and my flock of third graders scurried out the door

taking flight

to this activity and that

I alight on my usual perch

and descend

to the beach

for my rainy day walk

Raindrops and salty sea mist

run rivers down my face

as I breathe in and out

matching inhales with strides

dodging (sometimes unsuccessfully)

pools of sea water

Further down the beach

I find another flock

and they squawk welcome

then like my third graders

scurry and stretch their wings

flying into a rainy afternoon

©Kim Douillard

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In Search of Light: SOLC Day 3

I heard the warning on the morning news show, yesterday’s rains caused urban runoff and increased bacteria count in our ocean waters.  Stay out of the water.  We still headed off to the beach for a low tide walk…in our tennies.

The clouds were heavier than I expected with no rain in today’s forecast–and much darker too.  We actually felt misty drizzle as we first got into the car.  But the beach was beautiful: low tides, gentle breezes, and yes, some people in the water!  Beach people are interesting and they come in all forms.  There are walkers and beach combers like Geoff, scanning the shore for bits of glass and interesting marine tidbits and picking up the many plastics that litter the beach.  There are surfers who seem to never heed warnings about the water.  And there are swimmers and waders, teenaged football throwers, the guy with the metal detector, the fishers knee deep in the waves as they cast.  But for me, my eyes search the beach for that perfect picture.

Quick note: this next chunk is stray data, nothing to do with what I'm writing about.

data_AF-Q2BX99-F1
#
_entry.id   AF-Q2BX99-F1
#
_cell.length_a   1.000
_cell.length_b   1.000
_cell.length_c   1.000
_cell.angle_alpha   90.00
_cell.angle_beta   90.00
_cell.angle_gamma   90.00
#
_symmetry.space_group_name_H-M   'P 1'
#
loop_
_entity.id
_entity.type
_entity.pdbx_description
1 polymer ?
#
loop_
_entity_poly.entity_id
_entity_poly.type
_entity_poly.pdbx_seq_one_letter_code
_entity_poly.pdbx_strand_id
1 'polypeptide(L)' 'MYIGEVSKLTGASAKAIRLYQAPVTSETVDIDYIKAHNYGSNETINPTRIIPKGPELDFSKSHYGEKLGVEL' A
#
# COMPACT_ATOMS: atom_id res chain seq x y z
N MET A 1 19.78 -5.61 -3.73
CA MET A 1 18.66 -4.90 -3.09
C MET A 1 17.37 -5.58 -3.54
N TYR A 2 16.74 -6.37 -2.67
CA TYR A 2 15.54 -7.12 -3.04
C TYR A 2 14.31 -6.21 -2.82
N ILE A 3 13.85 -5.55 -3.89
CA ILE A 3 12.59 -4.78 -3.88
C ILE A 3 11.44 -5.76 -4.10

Gray skies make photo taking more challenging.  Colors fade away, making things look flat.  I’m no expert with camera settings, so I depend on my own framing and the serendipity of light and shadow to create interesting images.  I try to pay attention to changes in light…and always find myself drawn to shore birds.